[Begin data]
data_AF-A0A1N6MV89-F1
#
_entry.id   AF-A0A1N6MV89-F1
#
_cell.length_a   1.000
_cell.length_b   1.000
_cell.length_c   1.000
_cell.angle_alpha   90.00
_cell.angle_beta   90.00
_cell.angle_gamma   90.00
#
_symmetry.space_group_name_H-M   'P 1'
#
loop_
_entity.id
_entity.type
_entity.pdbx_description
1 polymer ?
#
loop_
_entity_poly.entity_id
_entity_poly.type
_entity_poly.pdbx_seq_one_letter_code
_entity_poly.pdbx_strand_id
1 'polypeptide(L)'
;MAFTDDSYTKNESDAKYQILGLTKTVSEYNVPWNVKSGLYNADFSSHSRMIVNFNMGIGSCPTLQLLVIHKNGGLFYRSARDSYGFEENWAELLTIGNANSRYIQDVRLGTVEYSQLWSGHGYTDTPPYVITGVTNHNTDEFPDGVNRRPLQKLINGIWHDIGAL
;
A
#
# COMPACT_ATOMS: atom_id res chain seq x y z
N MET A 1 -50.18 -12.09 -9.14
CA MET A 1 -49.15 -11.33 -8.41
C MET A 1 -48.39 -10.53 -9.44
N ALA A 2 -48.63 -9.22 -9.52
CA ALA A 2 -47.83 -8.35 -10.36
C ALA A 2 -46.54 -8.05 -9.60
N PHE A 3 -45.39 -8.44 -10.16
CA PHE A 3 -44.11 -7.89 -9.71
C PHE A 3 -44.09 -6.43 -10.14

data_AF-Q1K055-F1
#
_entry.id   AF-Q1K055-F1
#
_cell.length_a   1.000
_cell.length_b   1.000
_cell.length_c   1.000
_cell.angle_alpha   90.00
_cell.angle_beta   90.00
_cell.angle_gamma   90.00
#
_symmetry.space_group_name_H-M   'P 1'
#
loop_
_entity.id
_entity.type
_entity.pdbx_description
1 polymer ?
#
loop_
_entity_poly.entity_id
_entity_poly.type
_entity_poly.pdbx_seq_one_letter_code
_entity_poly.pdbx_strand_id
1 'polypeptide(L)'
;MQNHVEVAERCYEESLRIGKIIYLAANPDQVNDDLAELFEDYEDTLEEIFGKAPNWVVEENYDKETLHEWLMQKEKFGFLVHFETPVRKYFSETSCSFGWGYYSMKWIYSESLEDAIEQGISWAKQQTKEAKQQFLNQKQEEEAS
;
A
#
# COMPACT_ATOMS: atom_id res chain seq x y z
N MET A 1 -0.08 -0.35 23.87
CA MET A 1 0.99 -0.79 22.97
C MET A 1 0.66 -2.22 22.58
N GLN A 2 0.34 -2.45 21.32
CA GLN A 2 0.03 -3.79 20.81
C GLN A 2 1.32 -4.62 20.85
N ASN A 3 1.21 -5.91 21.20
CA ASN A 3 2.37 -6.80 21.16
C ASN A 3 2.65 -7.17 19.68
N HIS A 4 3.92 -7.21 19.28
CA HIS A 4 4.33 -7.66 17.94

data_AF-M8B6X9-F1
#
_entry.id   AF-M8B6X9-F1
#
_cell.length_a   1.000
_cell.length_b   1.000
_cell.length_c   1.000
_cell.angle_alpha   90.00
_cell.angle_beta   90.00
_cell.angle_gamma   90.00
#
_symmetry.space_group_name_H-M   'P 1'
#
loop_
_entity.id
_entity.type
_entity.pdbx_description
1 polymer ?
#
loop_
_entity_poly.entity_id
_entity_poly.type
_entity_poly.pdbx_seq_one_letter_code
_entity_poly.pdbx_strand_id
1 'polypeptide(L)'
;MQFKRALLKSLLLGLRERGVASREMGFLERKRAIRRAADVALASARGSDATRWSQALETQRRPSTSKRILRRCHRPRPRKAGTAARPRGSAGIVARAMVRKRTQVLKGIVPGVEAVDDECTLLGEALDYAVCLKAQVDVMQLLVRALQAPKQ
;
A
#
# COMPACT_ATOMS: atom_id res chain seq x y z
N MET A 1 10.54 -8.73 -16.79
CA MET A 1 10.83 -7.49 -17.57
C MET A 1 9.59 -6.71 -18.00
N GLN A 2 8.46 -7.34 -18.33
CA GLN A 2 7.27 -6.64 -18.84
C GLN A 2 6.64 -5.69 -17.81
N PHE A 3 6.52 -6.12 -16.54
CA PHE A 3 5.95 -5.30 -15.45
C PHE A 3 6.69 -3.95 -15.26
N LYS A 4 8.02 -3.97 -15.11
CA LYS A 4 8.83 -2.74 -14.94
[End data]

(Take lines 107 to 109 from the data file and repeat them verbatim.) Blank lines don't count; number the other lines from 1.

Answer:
;
A
#